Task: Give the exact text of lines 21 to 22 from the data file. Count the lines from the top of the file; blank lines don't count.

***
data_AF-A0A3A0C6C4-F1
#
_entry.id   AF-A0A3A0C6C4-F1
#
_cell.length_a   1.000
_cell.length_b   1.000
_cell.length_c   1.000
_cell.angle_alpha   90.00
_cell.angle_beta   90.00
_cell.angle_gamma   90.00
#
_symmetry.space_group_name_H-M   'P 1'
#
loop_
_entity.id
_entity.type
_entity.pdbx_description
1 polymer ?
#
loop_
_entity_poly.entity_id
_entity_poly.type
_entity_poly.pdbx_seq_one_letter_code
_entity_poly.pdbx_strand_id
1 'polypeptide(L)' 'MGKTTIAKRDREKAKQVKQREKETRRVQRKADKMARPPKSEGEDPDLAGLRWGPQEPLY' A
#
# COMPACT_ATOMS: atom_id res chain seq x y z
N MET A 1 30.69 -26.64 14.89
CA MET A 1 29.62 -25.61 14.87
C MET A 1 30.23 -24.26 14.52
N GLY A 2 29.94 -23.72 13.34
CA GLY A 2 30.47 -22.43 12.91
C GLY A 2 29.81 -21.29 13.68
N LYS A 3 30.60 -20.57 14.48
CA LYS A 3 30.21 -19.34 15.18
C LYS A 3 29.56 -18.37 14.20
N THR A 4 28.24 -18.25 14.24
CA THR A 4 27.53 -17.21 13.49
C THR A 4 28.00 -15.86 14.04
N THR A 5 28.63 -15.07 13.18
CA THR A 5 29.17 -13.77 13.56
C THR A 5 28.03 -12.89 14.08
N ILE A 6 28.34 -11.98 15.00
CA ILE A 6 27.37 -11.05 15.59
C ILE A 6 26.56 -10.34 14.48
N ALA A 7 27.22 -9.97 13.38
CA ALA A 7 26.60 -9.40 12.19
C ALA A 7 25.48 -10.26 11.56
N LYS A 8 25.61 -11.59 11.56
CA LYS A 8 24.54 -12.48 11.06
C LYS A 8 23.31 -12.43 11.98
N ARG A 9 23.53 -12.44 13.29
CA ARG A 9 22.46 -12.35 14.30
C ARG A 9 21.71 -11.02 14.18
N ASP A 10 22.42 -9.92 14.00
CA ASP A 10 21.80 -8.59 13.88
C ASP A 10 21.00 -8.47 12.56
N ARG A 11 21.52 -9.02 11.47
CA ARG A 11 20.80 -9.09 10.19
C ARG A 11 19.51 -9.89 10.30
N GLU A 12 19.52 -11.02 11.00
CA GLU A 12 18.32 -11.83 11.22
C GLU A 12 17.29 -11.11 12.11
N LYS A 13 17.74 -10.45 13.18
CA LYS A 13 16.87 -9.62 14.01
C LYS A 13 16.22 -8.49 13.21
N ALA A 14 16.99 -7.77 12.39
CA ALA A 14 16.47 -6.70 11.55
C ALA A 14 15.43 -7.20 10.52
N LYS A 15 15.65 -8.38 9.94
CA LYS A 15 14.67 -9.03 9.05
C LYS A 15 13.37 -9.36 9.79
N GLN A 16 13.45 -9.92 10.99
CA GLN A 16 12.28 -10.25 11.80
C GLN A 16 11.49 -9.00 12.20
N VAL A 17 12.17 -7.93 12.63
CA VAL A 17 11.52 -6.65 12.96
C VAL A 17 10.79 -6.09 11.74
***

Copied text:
_entity_poly.entity_id
_entity_poly.type